NEW DELHI (Reuters) – Indian police used tear gas and smoke grenades in New Delhi on Monday to disperse thousands of people demonstrating for and against a new citizenship law just before U.S. President Donald Trump’s maiden visit to the city.
Reuters reporters saw multiple vehicles set on fire, metal barricades torn down and thick smoke billowing as thousands of supporters of the new law clashed with opponents, both sides hurling stones.
India’s capital has been a hotbed of protest against the law, which eases the path to people from neighboring countries to gain Indian citizenship.
This has led to accusations that Prime Minister Narendra Modi and his Hindu nationalist Bharatiya Janata Party (BJP) are undermining India’s secular traditions.
The BJP denies any bias against India’s 180 million-strong Muslim minority, but objectors have been camping out in several parts of New Delhi for two months.
At least half a dozen people were injured in Monday’s violence, with police vastly outnumbered.
Local politician Yogendra Yadav urged police in a tweet to “prevent communal violence”.
The clashes stretched over nearly a kilometer (half a mile) of road and lasted from early afternoon until well into the evening.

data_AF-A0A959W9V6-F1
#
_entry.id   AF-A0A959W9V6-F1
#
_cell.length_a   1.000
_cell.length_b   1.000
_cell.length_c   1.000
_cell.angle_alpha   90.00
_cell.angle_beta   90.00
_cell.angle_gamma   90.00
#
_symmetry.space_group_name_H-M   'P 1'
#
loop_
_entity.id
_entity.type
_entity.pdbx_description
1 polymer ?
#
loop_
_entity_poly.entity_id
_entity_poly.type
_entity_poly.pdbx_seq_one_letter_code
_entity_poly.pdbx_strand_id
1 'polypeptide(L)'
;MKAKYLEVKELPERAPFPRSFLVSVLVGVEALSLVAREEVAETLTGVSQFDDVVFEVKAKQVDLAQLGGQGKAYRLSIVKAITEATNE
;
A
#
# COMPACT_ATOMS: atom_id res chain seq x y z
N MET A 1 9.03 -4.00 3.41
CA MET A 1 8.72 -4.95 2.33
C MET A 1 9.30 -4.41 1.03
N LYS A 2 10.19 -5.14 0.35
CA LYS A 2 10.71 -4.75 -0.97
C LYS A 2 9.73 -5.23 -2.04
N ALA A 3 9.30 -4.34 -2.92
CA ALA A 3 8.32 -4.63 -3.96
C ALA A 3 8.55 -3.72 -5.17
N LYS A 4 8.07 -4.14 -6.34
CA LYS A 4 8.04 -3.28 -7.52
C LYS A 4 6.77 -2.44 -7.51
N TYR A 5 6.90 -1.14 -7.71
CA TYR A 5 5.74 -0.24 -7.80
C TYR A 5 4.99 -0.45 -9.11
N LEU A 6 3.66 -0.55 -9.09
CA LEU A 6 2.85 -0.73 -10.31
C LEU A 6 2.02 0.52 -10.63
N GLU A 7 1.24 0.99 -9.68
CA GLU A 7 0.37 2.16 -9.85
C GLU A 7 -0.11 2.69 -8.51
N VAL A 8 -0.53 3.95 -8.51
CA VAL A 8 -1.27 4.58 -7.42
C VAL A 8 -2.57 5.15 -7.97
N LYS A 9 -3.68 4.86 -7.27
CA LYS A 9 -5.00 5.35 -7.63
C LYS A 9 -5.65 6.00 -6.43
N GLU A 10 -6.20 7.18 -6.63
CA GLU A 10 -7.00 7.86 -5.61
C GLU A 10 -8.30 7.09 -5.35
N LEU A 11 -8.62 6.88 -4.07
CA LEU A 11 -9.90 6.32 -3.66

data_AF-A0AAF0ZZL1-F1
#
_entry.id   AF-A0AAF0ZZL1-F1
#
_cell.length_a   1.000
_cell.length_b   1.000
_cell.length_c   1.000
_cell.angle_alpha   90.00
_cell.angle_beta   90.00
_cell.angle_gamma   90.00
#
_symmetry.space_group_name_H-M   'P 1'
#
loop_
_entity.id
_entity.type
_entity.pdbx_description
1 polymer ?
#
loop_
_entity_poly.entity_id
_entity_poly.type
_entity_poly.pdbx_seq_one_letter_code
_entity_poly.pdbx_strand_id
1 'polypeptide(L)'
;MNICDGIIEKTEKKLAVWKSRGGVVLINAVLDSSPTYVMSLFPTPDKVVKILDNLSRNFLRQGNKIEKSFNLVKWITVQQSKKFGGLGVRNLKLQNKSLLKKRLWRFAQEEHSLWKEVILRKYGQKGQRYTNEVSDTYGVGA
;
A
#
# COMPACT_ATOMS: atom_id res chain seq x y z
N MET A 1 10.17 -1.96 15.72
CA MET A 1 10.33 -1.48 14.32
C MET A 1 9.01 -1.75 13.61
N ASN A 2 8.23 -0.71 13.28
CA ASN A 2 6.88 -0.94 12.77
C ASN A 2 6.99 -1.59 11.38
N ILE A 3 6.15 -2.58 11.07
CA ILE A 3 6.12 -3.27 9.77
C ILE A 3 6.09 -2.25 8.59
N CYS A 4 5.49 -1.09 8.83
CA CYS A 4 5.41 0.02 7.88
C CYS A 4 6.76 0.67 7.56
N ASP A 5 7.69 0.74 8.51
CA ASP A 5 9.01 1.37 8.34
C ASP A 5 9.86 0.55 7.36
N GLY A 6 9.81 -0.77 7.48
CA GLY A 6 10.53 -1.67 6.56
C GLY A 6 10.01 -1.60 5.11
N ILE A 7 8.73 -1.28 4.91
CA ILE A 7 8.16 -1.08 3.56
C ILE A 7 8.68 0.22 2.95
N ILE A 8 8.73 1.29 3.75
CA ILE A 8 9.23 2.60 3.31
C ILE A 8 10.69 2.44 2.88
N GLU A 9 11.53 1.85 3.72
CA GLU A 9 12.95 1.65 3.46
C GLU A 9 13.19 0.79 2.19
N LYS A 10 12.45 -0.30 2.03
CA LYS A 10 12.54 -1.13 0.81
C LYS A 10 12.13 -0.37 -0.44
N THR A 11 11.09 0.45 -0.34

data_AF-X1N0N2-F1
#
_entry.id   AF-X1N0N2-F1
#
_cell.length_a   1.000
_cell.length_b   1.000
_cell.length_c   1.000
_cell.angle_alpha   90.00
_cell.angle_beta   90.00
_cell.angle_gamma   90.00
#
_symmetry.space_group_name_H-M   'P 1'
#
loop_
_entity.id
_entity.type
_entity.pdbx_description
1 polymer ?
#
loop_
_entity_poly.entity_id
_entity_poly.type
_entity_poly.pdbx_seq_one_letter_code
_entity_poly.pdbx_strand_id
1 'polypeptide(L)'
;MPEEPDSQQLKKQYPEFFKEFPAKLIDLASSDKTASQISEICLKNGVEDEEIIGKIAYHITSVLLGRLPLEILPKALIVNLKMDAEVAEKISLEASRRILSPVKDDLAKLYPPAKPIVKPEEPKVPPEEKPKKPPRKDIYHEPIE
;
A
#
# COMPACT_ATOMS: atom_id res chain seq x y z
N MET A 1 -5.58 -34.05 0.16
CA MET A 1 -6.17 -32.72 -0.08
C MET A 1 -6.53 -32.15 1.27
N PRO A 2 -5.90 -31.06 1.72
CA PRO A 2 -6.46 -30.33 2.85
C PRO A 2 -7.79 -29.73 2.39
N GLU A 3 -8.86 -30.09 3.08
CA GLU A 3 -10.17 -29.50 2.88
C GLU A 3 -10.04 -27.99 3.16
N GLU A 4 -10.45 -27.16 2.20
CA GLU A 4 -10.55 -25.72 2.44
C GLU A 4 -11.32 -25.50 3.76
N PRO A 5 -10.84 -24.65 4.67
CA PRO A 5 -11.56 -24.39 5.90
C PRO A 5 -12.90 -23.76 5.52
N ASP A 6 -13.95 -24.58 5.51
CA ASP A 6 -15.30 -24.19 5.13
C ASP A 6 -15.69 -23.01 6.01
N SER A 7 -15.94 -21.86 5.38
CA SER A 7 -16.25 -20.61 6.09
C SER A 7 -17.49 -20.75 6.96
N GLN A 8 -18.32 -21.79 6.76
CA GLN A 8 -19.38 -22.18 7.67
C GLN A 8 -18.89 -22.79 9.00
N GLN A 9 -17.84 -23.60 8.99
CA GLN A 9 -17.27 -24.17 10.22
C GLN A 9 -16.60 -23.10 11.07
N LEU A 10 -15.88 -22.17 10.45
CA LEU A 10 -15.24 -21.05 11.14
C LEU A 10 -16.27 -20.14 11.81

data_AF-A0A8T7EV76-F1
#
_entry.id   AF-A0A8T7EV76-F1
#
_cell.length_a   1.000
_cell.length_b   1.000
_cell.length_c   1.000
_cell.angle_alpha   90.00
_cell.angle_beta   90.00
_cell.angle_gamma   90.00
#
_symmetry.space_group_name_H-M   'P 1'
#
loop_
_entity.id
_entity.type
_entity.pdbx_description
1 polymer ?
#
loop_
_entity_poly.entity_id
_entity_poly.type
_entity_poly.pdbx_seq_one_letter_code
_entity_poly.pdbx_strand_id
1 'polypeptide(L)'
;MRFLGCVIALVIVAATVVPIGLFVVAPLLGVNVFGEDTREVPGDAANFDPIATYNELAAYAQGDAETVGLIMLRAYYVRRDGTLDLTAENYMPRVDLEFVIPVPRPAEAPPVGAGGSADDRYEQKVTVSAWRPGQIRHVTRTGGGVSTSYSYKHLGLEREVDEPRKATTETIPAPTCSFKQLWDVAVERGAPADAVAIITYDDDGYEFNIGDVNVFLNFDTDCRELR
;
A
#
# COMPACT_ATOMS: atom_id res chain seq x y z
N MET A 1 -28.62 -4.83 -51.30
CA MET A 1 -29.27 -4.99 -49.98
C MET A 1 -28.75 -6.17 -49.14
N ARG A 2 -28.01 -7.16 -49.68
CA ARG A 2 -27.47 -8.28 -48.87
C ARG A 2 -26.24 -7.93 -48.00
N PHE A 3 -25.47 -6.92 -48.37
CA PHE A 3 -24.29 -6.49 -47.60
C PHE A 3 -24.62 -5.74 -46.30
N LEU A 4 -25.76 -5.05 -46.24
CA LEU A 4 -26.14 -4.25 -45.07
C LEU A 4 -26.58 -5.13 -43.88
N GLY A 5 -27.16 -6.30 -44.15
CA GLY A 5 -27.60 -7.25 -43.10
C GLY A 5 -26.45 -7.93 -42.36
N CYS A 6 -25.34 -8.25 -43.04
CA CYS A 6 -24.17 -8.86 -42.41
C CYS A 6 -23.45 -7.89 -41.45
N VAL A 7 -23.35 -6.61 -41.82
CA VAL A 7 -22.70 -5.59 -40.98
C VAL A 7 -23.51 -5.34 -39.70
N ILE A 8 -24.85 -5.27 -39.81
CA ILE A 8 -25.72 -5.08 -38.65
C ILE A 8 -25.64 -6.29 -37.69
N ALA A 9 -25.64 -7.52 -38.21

The protesters appeared to be divided along religious lines, and some pulled members of the media aside and asked them about their religion.
Monday’s clashes were some of the worst seen in New Delhi since the protests against the Citizenship Amendment Act (CAA) began in early December.
“We are in support of the CAA. If they want to protest, they should go somewhere else,” said a protester who gave his name only as Amit.
The latest round of violence came just as Donald Trump began his first visit to India as U.S. president, addressing a rally in Modi’s home state of Gujarat.
Trump is due in New Delhi later on Monday, where he will hold talks with Modi about 10 km (six miles) from the scene of the violence.
In Gujarat, Trump told a gathering of more than 100,000 people that “India is a country that proudly embraces freedom, liberty, individual rights, the rule of law, and the dignity of every human being”.
Reporting by Devjyot Ghoshal; Editing by Euan Rocha and Kevin Liffey